Materials used in the construction of stardrive engines are the usual array of space-age materials, duranium, plasti-steel and the like. Due to the extreme stresses and temperatures produced while in operation, the matter-antimatter reaction is regulated inside a magnetically sealed anti-gravity “bottle” surrounded by a chamber made of densified collapsium, and fitted with all kinds of fail-safes and alarms. The core of the reflex furnace itself is a towering lump of thermacite-concrete designed to hold massive pressure and heat, the central chamber of which is lined with lantillium, a rare apolar metal. 

A few components of a stardrive which have been mentioned in Galaxii and Quantum;

Primary field modulator control manifold: in simple terms, it’s part of the cooling system and helps to stabilize the temperature of the warp plasma injectors, which is important if you don’t want the engines to overheat and melt the ship!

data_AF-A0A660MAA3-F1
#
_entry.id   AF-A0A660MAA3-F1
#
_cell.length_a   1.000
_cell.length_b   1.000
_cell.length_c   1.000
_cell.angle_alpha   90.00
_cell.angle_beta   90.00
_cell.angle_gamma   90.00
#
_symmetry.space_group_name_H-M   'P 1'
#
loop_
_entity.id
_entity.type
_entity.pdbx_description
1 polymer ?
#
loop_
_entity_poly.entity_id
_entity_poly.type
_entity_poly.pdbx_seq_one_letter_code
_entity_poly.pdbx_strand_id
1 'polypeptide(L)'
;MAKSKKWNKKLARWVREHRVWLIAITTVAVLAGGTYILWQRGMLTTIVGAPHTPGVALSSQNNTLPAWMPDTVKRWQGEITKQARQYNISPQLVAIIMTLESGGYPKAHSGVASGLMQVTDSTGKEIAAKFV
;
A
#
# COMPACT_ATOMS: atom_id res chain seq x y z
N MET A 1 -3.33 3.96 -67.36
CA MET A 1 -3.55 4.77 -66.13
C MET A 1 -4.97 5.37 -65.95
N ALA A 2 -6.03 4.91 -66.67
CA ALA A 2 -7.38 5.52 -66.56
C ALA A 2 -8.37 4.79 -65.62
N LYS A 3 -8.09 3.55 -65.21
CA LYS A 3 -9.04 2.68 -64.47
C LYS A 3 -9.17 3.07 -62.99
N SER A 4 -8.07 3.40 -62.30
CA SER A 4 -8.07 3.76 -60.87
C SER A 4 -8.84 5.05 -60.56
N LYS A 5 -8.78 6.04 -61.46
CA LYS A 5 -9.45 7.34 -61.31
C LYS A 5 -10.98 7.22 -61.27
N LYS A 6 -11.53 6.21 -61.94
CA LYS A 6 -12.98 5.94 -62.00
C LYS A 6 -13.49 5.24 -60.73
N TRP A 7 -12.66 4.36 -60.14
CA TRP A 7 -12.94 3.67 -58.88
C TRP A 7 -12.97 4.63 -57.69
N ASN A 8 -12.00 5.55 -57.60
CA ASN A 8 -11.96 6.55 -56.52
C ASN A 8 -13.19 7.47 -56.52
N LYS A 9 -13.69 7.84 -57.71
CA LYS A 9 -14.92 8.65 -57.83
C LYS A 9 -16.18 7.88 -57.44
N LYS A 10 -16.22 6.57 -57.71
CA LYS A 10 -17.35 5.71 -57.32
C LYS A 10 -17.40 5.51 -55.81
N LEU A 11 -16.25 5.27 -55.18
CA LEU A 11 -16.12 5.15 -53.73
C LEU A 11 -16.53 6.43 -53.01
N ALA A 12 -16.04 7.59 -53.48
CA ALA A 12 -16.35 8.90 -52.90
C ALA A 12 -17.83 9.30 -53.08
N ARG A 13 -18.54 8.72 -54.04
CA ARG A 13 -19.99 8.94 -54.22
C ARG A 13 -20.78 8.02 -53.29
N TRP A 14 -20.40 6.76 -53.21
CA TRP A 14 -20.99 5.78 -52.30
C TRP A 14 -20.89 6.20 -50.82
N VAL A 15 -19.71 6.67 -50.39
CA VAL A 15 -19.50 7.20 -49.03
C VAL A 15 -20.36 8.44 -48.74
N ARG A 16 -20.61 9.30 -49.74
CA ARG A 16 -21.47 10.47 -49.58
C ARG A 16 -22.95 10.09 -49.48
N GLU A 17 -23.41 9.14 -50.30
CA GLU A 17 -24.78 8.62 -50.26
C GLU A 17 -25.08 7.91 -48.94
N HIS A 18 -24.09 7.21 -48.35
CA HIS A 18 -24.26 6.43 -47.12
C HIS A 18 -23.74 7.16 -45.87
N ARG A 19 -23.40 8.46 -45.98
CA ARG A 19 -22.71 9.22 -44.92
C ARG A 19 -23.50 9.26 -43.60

Interpolating generator unit: generates the opposing magnetic fields that separate the matter-anti-matter fuel mix. If it fails at warp speed, little green folk in Proxima Centauri will wonder where that pretty new star came from.

A Quick Look At Entech Personnel:

The engineering section is staffed by technicians who are familiar with maintenance of every mechanical and digital part of the ship – especially the stardrive. Because of the diverse systems aboard a ship, it’s important for entechs to be well-versed and rated in all of them. If a computer console breaks on the bridge, they need to be able to troubleshoot and correct the problem, regardless of whether it’s a software or hardware issue – and likewise if there’s a problem with a small drive gear in the locking mechanism of the outer door of an airlock. Versatility is key.